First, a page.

A very good sentence construction in Spanish to learn early on is the comparative statement. Here you can refer to something or someone in reference to something (one) else – whether is it a comparison on equal or non-equal. As you will see below, the constructions are actually quite easy, and soon you will be comparing things left and right in Spanish!
Comparisons of Equality
Tan + adjective (or adverb) + como – as (equal)… as
- Jorge es tan fuerte como tú. – Jorge is as strong as you.
- Ellos están tan aburridos como yo. – They are as boring as I.
- Ella baila tan bonito como su hermana. – She dances as well as her sister.
This is the second edition on learning some common Spanish Expressions with Verbs. Don’t miss the first-part which focuses on the verbs: Acabar, Dar, Dejar, Echar, Haver and Hacer.
Today, we’ll focus on: Perder, Ponerse, Tener, Volver, and some other commonly used expressions.
(ponerse + adjective – to become)
As you will discover while learning Spanish, many verbs can take on different meanings than what you initially learned, and are used idiomatically to create other various expressions. Dar generally means “to give”; however in combination with other words as you will see, a whole new useful vocabulary list emerges.
Today, we’ll start a two-part mini-series on common expressions with verbs in Spanish. Specifically, expressions with: Acabar, Dar, Dejar, Echar, Haber and Hacer.
Expressions with ACABAR
acabar de + infinitive – to have just
acabar por + infinitive – to end by, to finally
- Acabo de volver de la escuela. – I have just returned from school.
- Se enfermó gravemente y acabó por morir. – He became seriously ill and finally died.
(dar de beber (comer) a)
This basic lesson focuses on how to ask for and tell the time of day in Spanish, as well as expressing the days of the week. Compared to other topics, it is fortunately one that you may be able to read through just a couple of times, and get the hang of it. Don’t be afraid to read it out loud!! Try asking yourself the questions, and then responding back.
¿Qué hora es? Is equivalent to “What time is it?”
The verb HABER is a tricky one at first, being that it is used differently than most verbs. However, it’s quite important to get a handle on it sooner than later as its use is quite important, and you will use it all the time while speaking Spanish.
To start, HABER is used in two ways:
- To express the existence of something
- As an auxiliary verb + past participle to form the “Perfect Tense”
To start, the verb HABER is used as existence; it has only one conjugation in all the tenses. In present tense is: HAY + noun. It doesn´t matter if it’s singular or plural.
Today let’s back peddle a tad to a more basic topic in Spanish grammar – Demonstrative Adjectives and Demonstrative Pronouns. You will learn when to use them, how to differentiate them from each other. The words themselves seem very similar, so pay visual attention to the word-endings, and things will start to make sense as you improve your Spanish skills.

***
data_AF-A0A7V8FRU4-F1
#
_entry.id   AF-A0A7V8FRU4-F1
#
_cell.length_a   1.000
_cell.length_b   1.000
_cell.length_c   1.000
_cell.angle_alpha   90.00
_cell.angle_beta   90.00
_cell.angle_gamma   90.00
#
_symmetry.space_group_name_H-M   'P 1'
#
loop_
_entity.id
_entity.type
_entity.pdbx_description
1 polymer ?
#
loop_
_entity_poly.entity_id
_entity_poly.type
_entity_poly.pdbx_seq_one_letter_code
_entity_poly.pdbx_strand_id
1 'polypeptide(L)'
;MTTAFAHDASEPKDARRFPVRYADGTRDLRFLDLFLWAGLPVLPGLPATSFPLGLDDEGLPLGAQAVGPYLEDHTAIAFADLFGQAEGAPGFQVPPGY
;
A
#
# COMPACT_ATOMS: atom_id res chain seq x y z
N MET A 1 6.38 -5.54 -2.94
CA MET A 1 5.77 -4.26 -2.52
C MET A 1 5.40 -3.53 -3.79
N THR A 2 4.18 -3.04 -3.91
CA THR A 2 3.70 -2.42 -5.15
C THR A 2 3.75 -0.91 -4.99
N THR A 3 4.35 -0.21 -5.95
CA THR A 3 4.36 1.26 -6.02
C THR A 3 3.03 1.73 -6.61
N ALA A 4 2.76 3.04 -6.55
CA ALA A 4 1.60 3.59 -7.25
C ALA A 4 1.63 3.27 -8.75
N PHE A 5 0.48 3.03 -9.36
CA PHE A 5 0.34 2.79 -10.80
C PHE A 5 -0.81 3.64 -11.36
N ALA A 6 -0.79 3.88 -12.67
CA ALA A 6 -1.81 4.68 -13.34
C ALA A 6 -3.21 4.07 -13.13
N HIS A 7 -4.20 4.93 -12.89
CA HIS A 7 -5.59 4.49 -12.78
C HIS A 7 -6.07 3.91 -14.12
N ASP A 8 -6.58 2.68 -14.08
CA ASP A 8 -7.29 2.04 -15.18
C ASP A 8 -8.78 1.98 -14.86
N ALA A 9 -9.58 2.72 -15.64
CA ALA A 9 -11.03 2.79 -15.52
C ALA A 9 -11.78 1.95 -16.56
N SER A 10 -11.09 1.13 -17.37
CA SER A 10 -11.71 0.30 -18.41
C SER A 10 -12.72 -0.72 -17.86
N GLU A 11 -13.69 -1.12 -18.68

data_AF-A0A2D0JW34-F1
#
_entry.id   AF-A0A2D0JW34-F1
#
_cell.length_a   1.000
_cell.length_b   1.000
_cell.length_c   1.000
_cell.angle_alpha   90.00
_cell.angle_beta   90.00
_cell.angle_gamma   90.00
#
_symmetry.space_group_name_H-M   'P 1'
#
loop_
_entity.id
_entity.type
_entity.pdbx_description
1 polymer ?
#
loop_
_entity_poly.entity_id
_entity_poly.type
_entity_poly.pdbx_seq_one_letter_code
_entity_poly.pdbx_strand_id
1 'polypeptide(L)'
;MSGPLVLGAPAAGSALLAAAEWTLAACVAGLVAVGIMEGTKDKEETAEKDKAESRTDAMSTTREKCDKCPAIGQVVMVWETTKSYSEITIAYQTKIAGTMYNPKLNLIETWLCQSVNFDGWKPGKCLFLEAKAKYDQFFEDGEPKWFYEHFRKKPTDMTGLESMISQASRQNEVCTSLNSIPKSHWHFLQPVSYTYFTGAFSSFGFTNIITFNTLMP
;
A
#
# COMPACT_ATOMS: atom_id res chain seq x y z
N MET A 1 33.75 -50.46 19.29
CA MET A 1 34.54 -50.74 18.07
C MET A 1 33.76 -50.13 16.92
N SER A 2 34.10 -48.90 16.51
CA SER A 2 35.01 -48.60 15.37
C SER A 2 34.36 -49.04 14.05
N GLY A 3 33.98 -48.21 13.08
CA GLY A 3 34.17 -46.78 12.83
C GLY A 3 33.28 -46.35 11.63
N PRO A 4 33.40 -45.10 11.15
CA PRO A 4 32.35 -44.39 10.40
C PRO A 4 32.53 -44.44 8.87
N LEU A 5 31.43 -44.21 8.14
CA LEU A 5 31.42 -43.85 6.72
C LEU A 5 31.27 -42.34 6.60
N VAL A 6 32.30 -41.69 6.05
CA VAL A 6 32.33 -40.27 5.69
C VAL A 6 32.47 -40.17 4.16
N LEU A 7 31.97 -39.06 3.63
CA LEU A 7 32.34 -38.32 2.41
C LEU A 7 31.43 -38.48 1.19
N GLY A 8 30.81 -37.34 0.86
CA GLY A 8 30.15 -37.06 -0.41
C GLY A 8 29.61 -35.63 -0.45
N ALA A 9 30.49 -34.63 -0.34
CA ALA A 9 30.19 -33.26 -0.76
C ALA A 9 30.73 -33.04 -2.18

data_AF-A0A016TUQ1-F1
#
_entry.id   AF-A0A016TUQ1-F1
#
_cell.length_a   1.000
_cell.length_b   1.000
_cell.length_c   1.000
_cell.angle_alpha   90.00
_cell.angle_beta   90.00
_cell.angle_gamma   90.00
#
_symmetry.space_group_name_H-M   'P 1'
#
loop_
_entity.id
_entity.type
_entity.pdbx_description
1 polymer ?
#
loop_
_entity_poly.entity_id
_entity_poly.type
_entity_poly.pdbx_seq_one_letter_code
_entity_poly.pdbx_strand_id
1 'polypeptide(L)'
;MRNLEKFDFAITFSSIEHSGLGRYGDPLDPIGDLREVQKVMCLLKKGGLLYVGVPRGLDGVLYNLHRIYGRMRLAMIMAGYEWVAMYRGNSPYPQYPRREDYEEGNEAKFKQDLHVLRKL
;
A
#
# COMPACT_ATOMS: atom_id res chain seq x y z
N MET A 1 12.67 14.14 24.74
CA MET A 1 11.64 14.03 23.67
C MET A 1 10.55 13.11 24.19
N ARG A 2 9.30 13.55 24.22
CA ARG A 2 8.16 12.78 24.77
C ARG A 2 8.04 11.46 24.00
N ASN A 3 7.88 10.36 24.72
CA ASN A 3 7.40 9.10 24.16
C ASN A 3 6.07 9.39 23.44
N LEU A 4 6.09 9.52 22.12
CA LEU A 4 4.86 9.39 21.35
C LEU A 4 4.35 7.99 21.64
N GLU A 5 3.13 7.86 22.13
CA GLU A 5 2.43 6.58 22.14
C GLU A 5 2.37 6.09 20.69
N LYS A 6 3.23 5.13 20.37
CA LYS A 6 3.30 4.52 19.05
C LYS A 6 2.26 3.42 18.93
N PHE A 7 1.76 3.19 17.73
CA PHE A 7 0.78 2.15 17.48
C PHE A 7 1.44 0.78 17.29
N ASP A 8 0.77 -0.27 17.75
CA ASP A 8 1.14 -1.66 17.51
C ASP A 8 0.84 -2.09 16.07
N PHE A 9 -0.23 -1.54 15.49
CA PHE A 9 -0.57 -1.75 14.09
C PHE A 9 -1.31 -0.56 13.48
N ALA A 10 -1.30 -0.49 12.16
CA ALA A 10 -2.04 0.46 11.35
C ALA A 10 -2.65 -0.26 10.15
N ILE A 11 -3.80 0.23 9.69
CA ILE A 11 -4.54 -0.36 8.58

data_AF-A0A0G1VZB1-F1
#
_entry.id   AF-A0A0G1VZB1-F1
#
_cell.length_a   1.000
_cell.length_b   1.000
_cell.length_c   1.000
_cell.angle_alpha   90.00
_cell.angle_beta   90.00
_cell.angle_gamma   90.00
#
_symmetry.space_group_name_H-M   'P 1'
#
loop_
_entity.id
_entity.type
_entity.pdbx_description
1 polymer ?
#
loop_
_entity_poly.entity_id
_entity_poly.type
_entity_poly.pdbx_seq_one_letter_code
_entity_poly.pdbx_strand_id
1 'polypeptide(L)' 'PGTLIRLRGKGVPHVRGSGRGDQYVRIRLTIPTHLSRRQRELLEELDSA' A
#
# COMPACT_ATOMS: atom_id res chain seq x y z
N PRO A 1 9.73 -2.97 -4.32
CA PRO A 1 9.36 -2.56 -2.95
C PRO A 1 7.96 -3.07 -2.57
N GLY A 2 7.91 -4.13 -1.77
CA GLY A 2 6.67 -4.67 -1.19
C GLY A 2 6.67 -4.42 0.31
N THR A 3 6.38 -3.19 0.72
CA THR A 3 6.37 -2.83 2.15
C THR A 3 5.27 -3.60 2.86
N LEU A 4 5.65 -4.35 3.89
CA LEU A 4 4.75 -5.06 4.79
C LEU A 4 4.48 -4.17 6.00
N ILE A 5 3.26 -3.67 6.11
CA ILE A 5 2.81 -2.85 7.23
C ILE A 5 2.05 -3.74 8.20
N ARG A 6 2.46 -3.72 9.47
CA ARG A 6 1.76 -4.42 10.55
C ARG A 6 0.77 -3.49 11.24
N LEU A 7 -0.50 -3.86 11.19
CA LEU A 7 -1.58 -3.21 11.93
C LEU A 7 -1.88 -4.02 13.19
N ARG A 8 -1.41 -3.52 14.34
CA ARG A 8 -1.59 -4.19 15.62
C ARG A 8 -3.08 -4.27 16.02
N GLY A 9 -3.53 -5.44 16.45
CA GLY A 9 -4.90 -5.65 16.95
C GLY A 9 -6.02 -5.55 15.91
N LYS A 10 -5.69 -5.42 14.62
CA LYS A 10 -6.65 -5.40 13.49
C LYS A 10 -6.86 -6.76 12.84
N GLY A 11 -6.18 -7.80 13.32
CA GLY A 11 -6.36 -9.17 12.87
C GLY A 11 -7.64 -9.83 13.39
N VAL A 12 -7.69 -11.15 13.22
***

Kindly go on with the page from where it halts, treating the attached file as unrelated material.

Demonstrative adjectives are simply words that “point” to something else, and in English are words; this/these, and that/those. They precede the nouns they modify and agree with them in gender (masculine or feminine) and number (singular or plural).
Spanish, like English, has an active and a passive voice. In the active voice, the subject generally performs some action. In the passive voice, the subject is acted upon.
Notice the difference between active and passive voice Spanish sentence constructions:
- El chef preparó la comida. – The chef prepared the meal. (active)
- La comida fue preparada por el chef. – The meal was prepared by the chef. (passive)
- Los niños hacen los dibujos. – The children make drawings. (active)
- Los dibujos son hechos por los niños. – The drawings are made by children (passive)
- Los arquitectos construirán el edificio. – The architects will construct the building. (active)
- El edificio será construido por los arquitectos. – The building will be constructed by the architects. (passive)
Not the favorite topic of Spanish students, especially coming from a language without a common equivalent – Reflexive verbs are indeed an important grammatical topic to get your head around pretty early on.
Reflexive verbs are simply when the subject of the verb is also its object. What does this mean? Let’s start off slow and work our way forward with some easy examples.
A reflexive verb requires a reflexive personal pronoun, and these are:
We have already studied the rules of how to use prepositions in Spanish; we hope that this information has been useful to you. Now we will study Spanish verbs that use prepositions and some phrases or expressions that are formed using prepositions.
As we saw, prepositions can be used in various ways; they can express location, use, places, destination, etc. Today, we will see how to use them to accompany verbs
Prepositions with infinitives
In Spanish, the infinitive is the only verb form that may immediately follow a preposition. So, after a preposition the verb must be in the infinitive
- Ella salió sin cerrar la puerta. – She went out without closing the door.
- Vamos a nadar en la piscine. – We are going to swim in the pool.
- Ellos acaban de llegar. – They have just arrived.
Today we are going a bit back to the basics, and talk about Spanish Prepositions. Prepositions are words that relate a noun or pronouns to some other word in the sentence.
Prepositions are an essential building block of a proper sentence, and are used in every Spanish conversation. While they are relatively easy to learn, I think it is good practice to once in a while review to make sure that your understanding and memory of them are clear
- Yo voy a la tienda. – I’m going to the store.
- Ella estudia con George. – She studies with George.
- Trabajo en la biblioteca. – I work in the library.
Now let’s look at one by one these prepositions: